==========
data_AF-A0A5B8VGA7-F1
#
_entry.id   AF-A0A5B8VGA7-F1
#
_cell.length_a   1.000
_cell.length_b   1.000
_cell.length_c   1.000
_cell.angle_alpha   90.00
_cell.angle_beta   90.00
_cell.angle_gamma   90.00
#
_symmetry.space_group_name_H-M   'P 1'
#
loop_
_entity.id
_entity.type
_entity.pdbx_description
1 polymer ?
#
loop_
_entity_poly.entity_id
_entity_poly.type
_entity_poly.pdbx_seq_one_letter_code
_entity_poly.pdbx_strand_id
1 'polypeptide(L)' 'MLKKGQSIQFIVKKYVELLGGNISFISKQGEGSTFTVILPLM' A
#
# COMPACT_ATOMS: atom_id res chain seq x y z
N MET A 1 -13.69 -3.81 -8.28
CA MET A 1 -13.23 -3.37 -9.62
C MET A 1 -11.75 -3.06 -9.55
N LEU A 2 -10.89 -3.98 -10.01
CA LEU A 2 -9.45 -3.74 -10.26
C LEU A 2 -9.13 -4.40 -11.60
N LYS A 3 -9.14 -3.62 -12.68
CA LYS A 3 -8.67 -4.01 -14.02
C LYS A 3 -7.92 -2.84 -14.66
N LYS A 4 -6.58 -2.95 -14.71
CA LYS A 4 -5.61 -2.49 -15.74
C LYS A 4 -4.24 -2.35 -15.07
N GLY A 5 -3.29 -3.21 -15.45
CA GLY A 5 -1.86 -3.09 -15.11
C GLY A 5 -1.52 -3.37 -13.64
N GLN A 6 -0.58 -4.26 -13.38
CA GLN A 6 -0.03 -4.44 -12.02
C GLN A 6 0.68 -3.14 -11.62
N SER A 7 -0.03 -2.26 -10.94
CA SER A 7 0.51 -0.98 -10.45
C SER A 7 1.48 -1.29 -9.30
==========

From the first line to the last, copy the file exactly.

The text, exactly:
data_AF-A0A5B8VGA7-F1
#
_entry.id   AF-A0A5B8VGA7-F1
#
_cell.length_a   1.000
_cell.length_b   1.000
_cell.length_c   1.000
_cell.angle_alpha   90.00
_cell.angle_beta   90.00
_cell.angle_gamma   90.00
#
_symmetry.space_group_name_H-M   'P 1'
#
loop_
_entity.id
_entity.type
_entity.pdbx_description
1 polymer ?
#
loop_
_entity_poly.entity_id
_entity_poly.type
_entity_poly.pdbx_seq_one_letter_code
_entity_poly.pdbx_strand_id
1 'polypeptide(L)' 'MLKKGQSIQFIVKKYVELLGGNISFISKQGEGSTFTVILPLM' A
#
# COMPACT_ATOMS: atom_id res chain seq x y z
N MET A 1 -13.69 -3.81 -8.28
CA MET A 1 -13.23 -3.37 -9.62
C MET A 1 -11.75 -3.06 -9.55
N LEU A 2 -10.89 -3.98 -10.01
CA LEU A 2 -9.45 -3.74 -10.26
C LEU A 2 -9.13 -4.40 -11.60
N LYS A 3 -9.14 -3.62 -12.68
CA LYS A 3 -8.67 -4.01 -14.02
C LYS A 3 -7.92 -2.84 -14.66
N LYS A 4 -6.58 -2.95 -14.71
CA LYS A 4 -5.61 -2.49 -15.74
C LYS A 4 -4.24 -2.35 -15.07
N GLY A 5 -3.29 -3.21 -15.45
CA GLY A 5 -1.86 -3.09 -15.11
C GLY A 5 -1.52 -3.37 -13.64
N GLN A 6 -0.58 -4.26 -13.38
CA GLN A 6 -0.03 -4.44 -12.02
C GLN A 6 0.68 -3.14 -11.62
N SER A 7 -0.03 -2.26 -10.94
CA SER A 7 0.51 -0.98 -10.45
C SER A 7 1.48 -1.29 -9.30